Good posture is all to do with gravity and forces through your body, not just a sexy hip hike.
Let’s start with the spine.
The spine is the lynch pin around which the bones and soft tissue are assembled. It should have natural curves, front to back but not side to side. The spine is a shock absorber and the curves help to reduce any impact and protect the brain. Sideways curves are ok if it’s intentional, such as a side bend, but if muscles have tightened in an unnatural pattern then postural compensation problems set in and the spine no longer acts as an effective shock absorber.
The goal is to have even weight distribution throughout the body. Children do this naturally when they learn to stand. Roughly speaking, the ear, shoulder, hip, knee and ankle should be aligned. When this is achieved we have the capacity to stand for longer periods of time as our bodies are in balance.
Centre of Gravity & Body Systems
Centre of Gravity is the point on a body or system, where, if pressure equal to the weight of the object is applied, forces acting on the object will be in equilibrium. The point around which the mass is centred and the location of centre of gravity in an adult human, in the anatomic position, is just in front of the second sacral vertebra. http://medical-dictionary. This means that a vertical line just in front of your tail bone is where the centre of gravity lies.
“Integrity is the essence of everything successful.”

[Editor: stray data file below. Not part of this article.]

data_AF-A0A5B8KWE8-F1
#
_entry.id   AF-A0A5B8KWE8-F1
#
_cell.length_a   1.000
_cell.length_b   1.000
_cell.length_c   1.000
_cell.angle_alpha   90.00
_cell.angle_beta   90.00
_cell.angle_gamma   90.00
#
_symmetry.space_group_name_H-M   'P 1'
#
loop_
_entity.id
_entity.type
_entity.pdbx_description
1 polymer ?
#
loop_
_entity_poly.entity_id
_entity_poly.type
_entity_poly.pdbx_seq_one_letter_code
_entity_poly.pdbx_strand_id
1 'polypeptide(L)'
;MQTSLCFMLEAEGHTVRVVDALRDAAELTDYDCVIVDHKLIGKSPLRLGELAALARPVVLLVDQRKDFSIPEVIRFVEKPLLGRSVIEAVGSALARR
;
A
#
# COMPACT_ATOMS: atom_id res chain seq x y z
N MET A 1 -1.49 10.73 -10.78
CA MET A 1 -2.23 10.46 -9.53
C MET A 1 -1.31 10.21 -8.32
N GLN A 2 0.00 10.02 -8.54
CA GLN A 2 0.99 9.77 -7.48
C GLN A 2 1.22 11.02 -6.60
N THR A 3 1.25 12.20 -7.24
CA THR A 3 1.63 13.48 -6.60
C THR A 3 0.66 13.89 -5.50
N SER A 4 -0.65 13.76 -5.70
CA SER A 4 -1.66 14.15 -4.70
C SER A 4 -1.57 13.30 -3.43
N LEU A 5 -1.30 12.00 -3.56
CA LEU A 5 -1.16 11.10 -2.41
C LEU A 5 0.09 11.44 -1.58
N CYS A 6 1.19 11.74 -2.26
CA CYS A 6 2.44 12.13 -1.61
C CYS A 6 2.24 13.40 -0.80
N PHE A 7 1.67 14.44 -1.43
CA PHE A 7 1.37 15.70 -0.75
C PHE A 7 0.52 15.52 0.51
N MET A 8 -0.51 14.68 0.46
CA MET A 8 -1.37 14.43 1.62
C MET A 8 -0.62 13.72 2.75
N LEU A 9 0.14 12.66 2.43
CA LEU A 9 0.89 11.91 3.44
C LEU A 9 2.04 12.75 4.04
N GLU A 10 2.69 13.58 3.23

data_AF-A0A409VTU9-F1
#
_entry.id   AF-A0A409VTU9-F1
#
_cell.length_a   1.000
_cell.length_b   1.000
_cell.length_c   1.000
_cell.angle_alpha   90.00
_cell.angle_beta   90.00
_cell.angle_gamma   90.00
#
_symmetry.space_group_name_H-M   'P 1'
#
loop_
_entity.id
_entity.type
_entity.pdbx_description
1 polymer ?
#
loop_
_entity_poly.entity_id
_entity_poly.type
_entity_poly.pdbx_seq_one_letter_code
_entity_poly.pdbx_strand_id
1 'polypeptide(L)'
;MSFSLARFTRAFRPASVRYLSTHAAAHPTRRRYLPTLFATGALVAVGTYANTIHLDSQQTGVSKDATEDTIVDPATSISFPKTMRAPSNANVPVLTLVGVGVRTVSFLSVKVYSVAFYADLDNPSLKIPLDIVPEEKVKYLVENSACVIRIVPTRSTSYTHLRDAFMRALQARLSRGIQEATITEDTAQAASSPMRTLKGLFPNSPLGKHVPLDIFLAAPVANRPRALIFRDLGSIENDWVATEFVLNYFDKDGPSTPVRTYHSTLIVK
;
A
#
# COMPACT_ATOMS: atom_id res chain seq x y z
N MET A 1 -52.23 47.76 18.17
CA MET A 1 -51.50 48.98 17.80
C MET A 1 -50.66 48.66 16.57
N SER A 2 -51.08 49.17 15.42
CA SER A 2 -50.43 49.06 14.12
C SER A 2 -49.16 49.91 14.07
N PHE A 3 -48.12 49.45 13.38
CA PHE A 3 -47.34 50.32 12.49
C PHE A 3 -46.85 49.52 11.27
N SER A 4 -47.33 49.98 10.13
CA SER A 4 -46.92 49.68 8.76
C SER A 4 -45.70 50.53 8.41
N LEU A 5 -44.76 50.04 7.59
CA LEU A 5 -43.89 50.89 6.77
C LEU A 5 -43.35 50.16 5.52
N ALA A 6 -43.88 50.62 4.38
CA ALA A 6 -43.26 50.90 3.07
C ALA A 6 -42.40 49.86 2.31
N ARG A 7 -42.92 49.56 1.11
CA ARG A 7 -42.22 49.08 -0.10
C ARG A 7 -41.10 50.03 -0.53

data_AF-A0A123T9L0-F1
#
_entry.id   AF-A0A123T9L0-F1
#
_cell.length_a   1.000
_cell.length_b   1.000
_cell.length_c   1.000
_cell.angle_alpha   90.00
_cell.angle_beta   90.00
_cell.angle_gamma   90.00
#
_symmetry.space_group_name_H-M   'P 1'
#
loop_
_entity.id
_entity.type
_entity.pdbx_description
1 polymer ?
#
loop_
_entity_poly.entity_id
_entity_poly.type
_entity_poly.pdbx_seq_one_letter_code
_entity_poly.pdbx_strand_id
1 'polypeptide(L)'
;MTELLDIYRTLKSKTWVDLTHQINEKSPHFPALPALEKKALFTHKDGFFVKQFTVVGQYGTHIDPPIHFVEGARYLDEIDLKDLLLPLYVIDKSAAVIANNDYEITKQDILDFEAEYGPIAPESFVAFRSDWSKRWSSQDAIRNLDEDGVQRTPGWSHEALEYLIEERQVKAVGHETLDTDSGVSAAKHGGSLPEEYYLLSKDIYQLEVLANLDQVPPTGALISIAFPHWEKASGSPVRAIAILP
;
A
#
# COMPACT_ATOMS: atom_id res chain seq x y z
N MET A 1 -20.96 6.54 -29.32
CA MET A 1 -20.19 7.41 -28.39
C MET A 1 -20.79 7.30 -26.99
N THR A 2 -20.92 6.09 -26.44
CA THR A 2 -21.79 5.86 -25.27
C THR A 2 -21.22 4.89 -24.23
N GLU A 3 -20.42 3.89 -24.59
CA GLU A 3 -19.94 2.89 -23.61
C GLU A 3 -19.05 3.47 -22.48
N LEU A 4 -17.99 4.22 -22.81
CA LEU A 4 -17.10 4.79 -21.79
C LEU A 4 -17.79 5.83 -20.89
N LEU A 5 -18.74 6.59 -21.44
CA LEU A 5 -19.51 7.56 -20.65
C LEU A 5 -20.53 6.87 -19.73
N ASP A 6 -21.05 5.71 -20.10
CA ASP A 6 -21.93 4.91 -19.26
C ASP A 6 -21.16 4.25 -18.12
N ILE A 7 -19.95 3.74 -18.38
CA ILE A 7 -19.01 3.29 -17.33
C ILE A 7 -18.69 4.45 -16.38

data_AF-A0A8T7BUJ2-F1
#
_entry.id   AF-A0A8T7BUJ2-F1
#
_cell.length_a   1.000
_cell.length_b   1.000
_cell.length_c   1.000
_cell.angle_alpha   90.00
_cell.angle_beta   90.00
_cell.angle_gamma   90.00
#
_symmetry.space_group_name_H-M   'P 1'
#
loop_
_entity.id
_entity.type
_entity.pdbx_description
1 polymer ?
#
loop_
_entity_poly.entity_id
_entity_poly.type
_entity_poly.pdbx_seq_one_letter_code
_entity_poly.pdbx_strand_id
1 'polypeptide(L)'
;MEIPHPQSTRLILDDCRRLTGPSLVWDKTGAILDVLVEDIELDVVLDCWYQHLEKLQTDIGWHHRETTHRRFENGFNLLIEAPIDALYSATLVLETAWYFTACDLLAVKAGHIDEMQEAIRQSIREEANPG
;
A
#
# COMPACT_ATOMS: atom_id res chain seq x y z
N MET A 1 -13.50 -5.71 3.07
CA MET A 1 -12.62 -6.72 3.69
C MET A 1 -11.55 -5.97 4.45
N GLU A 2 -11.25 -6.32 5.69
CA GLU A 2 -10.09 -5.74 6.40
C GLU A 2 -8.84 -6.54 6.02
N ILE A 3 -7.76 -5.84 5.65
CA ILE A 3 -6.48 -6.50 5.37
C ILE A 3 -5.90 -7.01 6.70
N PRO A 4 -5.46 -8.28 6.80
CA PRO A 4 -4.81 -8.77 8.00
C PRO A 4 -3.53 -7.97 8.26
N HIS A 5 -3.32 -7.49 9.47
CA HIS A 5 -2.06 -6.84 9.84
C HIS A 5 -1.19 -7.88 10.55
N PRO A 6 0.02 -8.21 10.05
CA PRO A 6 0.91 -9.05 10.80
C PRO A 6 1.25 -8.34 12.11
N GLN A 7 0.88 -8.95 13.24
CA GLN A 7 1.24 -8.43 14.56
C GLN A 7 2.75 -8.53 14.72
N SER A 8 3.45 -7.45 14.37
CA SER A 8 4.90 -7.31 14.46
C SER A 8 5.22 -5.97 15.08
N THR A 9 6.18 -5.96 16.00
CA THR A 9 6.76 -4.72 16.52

R. Buckminster Fuller
The tensegrity model is an example of equally balanced parts. The word ‘tensegrity’ was coined by Buckminster Fuller, it combines ‘tensional integrity’. The elastic bands need to have equal tension throughout the structure, in order to keep the wooden sticks in position.
Tighten one band, as in the second image, and the whole structural shape changes to accommodate the new tensioned alignment.
There’s a also combination of bodily systems that work harmoniously together to create perfect posture. Visual, vestibular (hearing), muscular, proprioception (3D spacial awareness) and pressure receptors throughout the body. These all contribute to creating balance, fine tuning balance and maintaining posture.
The next time someone asks you to “sit up” or tells you “not to slouch”, think about the tensegrity model. If there is tension elsewhere in the body it may be impossible to maintain the new position for long periods of time.
Why do we need good posture?
Perfect posture helps us to move more effectively, safely, reduces the risk of injury and keeps us pain free.
Book in for a quick body check to find out about your posture, 07917 410770.